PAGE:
According to BBC News, online hate speech increased by 20% during the COVID-19 pandemic. Hate speech from anonymous users can result in psychological harm, including depression and trauma, and can even lead to suicide. Malicious online comments are increasingly becoming a social and cultural problem. It is therefore critical to detect such comments at the national level and detect malicious users at the corporate level. To achieve a healthy and safe Internet environment, studies should focus on institutional and technical topics. The detection of toxic comments can create a safe online environment. In this study, to detect malicious comments, we used approximately 9,400 examples of hate speech from a Korean corpus of entertainment news comments. We developed toxic comment classification models using supervised learning algorithms, including decision trees, random forest, a support vector machine, and K-nearest neighbors. The proposed model uses random forests to classify toxic words, achieving an F1-score of 0.94. We analyzed the trained model using the permutation feature importance, which is an explanatory machine learning method. Our experimental results confirmed that the toxic comment classifier properly classified hate words used in Korea. Using this research methodology, the proposed method can create a healthy Internet environment by detecting malicious comments written in Korean.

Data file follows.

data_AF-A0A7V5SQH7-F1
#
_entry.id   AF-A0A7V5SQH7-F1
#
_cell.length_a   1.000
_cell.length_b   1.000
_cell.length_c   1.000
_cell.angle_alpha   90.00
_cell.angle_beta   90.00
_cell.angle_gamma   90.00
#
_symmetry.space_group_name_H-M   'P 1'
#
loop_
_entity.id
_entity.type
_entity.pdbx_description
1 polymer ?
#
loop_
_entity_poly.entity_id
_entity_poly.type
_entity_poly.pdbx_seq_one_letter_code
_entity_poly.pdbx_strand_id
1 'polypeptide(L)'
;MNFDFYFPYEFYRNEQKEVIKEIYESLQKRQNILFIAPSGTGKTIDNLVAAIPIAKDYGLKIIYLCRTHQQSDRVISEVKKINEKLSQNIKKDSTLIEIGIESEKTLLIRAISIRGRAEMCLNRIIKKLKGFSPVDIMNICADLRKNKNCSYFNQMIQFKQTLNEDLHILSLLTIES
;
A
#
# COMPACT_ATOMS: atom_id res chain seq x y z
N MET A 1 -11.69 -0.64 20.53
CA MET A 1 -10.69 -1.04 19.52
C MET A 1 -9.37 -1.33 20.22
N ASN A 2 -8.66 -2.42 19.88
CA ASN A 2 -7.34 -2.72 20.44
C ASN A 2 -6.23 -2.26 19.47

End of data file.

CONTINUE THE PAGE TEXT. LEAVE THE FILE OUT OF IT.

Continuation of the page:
Bibliographical noteFunding Information:
Funding Statement: This study was supported by a grant-in-aid of HANWHASYSTEMS.
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- healthy internet environment
- machine learning
- Toxic comments
- toxic text classification
ASJC Scopus subject areas
- Modelling and Simulation
- Mechanics of Materials
- Computer Science Applications
- Electrical and Electronic Engineering